- Supraclavicular Part lies in the posterior triangle of neck. It comproses of roots and trunks of brachial plexus.
- Infraclvicular Part lies in the axilla. It comprises of cords of brachial plexus.
*Divisions are located behind the clavicle.
Formation and Branches of Brachial Plexus
d. Branches of brachial plexus
From the roots :
- Dorsal scapular nerve (C5)
- Long thoracic nerve ( C5,C6,C7)
From the upper trunk:
- Suprascapular nerve ( C5, C6)
- Nerve to subclavius (C5,C6)
From the three cords of brachial plexus.
Branches of lateral cord – Three
- Lateral pectoral nerve ( C5-7)
- Lateral root of median nerve (C5-7)
- Musculocutaneius nerve (C5-7)
Branches of medial cord – Five
- Medial pectoral nerve (C8,T1)
- Medial cutaneous nerve of arm (C8,T1)
- . Medial cutaneous nerve of forearm (C8,T1)
- Medial root of median nerve (C8,T1)
- Ulnar nerve (C8,T1)
Branches of posterior cord – Five
- Upper subscapular nerve (C5,C6)
- Lower subscapular nerve (C5,C6)
- Thoracodorsal nerve (C6-8)
- Axillary nerve (C5,C6)
- Radial nerve (C5-8, T1)
Structures Supplied by Branches of Brachial Plexus.
|Part of brachial plexus||Nerve||Structures supplied/Distribution|
|Roots||Dorsal Scapular||Rhomboidus mjor and minor and levator scapulae muscles|
|Roots||Long thoracic||Serratus anteriormuscle|
|Upper trunk||Nerve to subclavius||subclavius muscle|
|Upper trunk||Suprascapular||Supraspinatus, infraspinatus, muscle and glenohumeral joint|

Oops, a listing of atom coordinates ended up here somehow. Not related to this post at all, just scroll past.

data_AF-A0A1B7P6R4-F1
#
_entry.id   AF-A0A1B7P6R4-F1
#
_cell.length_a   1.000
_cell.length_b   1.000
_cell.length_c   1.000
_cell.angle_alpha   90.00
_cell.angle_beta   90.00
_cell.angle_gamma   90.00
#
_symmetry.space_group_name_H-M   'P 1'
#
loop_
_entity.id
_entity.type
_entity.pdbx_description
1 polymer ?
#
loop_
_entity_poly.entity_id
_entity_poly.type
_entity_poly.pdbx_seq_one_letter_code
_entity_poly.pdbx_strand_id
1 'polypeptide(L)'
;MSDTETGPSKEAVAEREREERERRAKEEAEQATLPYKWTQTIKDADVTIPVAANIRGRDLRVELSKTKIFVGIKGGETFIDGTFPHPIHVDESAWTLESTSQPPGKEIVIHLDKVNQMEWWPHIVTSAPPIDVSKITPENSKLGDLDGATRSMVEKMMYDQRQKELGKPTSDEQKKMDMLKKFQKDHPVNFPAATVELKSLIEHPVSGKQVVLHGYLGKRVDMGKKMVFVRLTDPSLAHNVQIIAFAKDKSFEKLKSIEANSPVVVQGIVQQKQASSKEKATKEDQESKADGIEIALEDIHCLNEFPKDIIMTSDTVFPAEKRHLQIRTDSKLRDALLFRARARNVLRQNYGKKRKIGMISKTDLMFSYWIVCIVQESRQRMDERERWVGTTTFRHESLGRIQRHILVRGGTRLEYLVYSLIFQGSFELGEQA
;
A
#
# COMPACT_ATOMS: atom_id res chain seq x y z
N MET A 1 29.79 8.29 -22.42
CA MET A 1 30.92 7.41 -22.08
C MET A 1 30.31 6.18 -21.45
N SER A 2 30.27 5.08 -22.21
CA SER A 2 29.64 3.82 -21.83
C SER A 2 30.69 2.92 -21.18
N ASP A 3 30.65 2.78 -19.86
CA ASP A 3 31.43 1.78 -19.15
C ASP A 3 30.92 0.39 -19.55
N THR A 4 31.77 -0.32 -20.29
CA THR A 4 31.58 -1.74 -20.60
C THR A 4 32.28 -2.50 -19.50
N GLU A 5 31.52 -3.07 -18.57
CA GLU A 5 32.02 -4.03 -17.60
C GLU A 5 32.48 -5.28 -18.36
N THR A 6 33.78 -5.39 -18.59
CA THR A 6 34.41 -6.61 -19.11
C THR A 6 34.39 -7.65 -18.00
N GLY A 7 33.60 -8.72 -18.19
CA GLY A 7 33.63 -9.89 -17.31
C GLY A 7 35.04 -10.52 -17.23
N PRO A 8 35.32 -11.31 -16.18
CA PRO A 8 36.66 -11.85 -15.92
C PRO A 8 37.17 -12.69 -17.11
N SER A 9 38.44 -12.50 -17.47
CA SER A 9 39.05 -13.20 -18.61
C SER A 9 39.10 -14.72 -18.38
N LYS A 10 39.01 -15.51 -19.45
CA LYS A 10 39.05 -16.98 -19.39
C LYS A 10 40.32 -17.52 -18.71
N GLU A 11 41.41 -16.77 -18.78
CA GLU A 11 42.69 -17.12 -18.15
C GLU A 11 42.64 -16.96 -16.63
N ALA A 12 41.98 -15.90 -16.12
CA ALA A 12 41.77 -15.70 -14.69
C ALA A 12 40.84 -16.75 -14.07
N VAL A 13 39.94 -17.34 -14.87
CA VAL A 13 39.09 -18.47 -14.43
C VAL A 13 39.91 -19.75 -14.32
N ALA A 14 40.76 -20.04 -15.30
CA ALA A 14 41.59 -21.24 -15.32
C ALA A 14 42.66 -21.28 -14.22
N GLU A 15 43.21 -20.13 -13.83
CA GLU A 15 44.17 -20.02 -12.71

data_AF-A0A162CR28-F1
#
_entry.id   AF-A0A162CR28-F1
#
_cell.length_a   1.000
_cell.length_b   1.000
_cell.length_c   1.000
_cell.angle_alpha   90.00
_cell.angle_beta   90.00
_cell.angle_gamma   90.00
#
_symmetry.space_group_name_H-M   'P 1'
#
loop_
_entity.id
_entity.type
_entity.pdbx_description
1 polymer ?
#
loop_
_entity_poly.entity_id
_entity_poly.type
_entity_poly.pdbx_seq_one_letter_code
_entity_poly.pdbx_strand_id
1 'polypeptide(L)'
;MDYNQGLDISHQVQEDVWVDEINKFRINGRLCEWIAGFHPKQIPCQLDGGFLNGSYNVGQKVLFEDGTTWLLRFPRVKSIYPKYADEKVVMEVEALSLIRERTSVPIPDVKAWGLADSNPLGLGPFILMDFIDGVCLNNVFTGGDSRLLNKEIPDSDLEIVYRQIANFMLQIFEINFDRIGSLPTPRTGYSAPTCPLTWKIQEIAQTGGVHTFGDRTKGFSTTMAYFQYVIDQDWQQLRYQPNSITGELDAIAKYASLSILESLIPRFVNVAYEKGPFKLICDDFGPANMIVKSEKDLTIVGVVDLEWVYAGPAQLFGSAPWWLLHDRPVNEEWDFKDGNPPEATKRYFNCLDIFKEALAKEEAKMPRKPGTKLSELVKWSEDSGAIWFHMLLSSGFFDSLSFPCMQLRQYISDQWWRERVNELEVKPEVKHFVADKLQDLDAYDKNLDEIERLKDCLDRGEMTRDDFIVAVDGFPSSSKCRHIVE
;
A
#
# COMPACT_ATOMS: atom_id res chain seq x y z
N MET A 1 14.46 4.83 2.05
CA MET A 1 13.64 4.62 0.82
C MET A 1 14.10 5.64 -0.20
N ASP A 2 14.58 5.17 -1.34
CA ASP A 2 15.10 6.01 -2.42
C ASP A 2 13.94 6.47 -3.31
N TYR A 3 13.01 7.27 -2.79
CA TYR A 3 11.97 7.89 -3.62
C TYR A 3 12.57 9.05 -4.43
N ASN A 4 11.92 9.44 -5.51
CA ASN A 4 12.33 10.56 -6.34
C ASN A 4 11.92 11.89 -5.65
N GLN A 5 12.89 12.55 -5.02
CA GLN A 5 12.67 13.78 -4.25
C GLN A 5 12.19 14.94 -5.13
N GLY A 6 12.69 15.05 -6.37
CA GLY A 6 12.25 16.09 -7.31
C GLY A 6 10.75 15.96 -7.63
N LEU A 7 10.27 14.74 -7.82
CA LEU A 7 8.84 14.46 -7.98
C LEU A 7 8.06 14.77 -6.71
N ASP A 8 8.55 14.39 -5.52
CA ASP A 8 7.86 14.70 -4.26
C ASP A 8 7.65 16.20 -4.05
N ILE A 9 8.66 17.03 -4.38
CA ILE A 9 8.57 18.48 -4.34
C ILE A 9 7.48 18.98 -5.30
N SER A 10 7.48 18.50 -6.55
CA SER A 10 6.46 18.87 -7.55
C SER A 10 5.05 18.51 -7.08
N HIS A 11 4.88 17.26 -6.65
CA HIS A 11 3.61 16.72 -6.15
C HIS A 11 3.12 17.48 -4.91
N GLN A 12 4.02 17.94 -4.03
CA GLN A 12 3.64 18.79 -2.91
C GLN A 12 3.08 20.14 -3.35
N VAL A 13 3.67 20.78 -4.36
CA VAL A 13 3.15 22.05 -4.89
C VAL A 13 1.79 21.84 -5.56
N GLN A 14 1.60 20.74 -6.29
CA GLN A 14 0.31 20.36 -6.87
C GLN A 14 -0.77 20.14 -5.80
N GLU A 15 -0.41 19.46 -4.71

|Lateral cord||Lateral pectoral||pectoralis major & pectoralis minor|
|Lateral cord||Musculocutaneous||a.Muscles of anterior /flexor compartment of arm : cobrachialis biceps brachii, and brachialis,|
|b. Continues as l ateral cutaneous nerve of forearm.|
|Medial cord||Medial pectoral||Pectoralis minor and pectoralis major|
|Medial cord||Median||6 ½ flexor muscles in forearm (except ), and five hand muscles and skin of lateral 1/3 rd of palm & lateral 1 ½ digits|
|Medial cord||Median cutaneous nerve of arm||Supplies skin on medial side of arm|
|Medial cord||Median cutaneous nerve of forearm||Supplies skin over medial side of forearm|
|Medial cord||Ulnar||1 ½ flexor muscles in forearm(flexor carpi ulnaris, ulnar half of flexor digitorum profundus), 15 muscles in hand ( adductor pollicis, all hypothenar muscles, all dorsal and palmar interrossei) and skin of medial 1/3 rd of palm and palmar surface of medial 1 ½ digits.|
|Posterior cord||Upper subscapular||Upper part of subscapularis|
|Posterior cord||Thoracodorsal||Latissimus dorsi|
|Posterior cord||Lower subscapular||Inferior part of subscapularis and teres major|
|Posterior cord||Axillary||Deltoid & teres minor , Shoulder joint joint, and skin over inferior part of deltoid|
|Posterior cord||Radial||All the muscles of extensor compartment of arm and forearm: triceps brachii, anconeus, brachioradialis, extensor muscles of forearm; supplies skin on posterior aspect of arm and forearm via posterior cutaneous nerves of arm and forearm, lateral 2/3d of dorsum of hand and lateral 3 1/2 digits till bed..|